646 reputation
114
bio website stackoverflow.com/users/…
location Pacific Northwest, USA
age 94
visits member for 1 year, 9 months
seen Jul 18 at 20:52

Web developer; regular reader of biblical languages (Hebrew and Greek); an aspirant to both professional and exegetical disciplines.


Jun
12
awarded  Nice Answer
Mar
28
awarded  Yearling
Jul
11
answered What is the difference between בְּתוֹךְ (b'tokh) and בְּקֶרֶב (b'kerev), which are both sometimes translated the same way?
Jul
10
answered What does it mean for a man to leave his father and mother?
Jun
19
awarded  Tumbleweed
Jun
12
accepted Why does Numbers 29:39 (LXX) refer to “your salvation” instead of “peace offerings”?
Jun
12
comment Why does Numbers 29:39 (LXX) refer to “your salvation” instead of “peace offerings”?
This answer is a start on thinking about the larger question of why the LXX word choice in translating shelem. Perhaps you could open the issue in a new question. It would be too long for me to answer, so I won't raise that question. If it's too long for me to answer, I won't ask it here. But it might not be too long of an exploration for you to explore on this site. Regards.
Jun
12
comment Why does Numbers 29:39 (LXX) refer to “your salvation” instead of “peace offerings”?
Interesting observations on Gen. 26. This answer fits well with the larger discussion of LXX usage of soteriou vs. eirenikos for shelem. Does the covenant distinction you make here, with respect to the ways of translating "peace offerings" hold up throughout the historical books? Maybe beyond what you have time to look at, but may be interesting. Thanks.
Jun
12
comment Why does Numbers 29:39 (LXX) refer to “your salvation” instead of “peace offerings”?
The intention in posting this question was based on a false assumption of an anomaly. I had not parsed a word (soteria) correctly, therefore looked it up incorrectly and thought I had found an anomoly! So I will accept my answer below that corrects my oversight. However, this question also begs the question of the translation choice of soteriou for shelem and I appreciate that a few more lines of answers have added depth to the question I would have been asking, had I understood my first question! If that makes sense.
Jun
12
comment Why does Numbers 29:39 (LXX) refer to “your salvation” instead of “peace offerings”?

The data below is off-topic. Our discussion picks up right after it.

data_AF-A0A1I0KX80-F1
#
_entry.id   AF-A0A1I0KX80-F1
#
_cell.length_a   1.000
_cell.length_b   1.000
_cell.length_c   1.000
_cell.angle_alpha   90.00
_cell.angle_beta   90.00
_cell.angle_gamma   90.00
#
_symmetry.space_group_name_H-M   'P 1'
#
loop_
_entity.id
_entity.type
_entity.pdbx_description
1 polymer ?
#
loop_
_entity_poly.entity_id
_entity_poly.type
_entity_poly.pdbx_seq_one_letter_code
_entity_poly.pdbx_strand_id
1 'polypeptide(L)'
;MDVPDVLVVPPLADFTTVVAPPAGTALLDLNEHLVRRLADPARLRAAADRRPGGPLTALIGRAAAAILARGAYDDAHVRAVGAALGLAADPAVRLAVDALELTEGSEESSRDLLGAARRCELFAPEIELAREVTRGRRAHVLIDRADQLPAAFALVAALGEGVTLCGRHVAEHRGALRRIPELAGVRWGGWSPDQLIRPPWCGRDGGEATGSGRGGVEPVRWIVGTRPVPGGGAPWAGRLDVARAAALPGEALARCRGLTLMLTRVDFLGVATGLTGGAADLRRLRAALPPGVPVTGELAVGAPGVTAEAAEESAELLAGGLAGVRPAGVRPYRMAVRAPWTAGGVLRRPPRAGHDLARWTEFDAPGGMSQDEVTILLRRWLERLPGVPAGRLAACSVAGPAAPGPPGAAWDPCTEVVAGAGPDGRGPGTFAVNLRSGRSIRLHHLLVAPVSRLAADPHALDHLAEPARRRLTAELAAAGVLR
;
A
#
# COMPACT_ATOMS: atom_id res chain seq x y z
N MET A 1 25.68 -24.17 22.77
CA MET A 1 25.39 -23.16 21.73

Richard Averbeck in NIDOTTE, s.v. "shelem", states that it has been taken to mean "a sacrifice that brings salvation" (cf. the same in EDNT), but Averbeck suggests the possibility of reading "a sacrifice that celebrates salvation". He also notes that in 1 Sam. - 2kgs eirenikos is used, instead of soteriou (i.e.1 Sam.11:15). Soteriou, being used in Leviticus and here in Numbers. This still does not answer why, or in what manner the translation choice was made. That is a good question. Perhaps the answers posted here are a start on that question, and could be followed up with further study.
Jun
12
revised Why does Numbers 29:39 (LXX) refer to “your salvation” instead of “peace offerings”?
removed a line which was theologically misleading for readers, and therefore unnecessary
Jun
11
comment Why does Numbers 29:39 (LXX) refer to “your salvation” instead of “peace offerings”?
Note: soteria in Num. 29:39 is the adjective, not the noun. I edited this answer to correct that remaining false assumption.
Jun
11
revised Why does Numbers 29:39 (LXX) refer to “your salvation” instead of “peace offerings”?
deleted 97 characters in body
Jun
11
comment Why does Numbers 29:39 (LXX) refer to “your salvation” instead of “peace offerings”?
Thanks for your answer here Tim, but I think we both missed it. I've explained more in my answer below.
Jun
11
answered Why does Numbers 29:39 (LXX) refer to “your salvation” instead of “peace offerings”?
Jun
10
asked Why does Numbers 29:39 (LXX) refer to “your salvation” instead of “peace offerings”?
May
17
awarded  Critic
May
4
awarded  Custodian
May
4
reviewed No Action Needed Why does Mark provide two feeding accounts?
May
4
revised What is the significance of the phrase πιστὸς ὁ λόγος (“the faithful saying”) in Pauline epistles?
JH Bernard, not Findley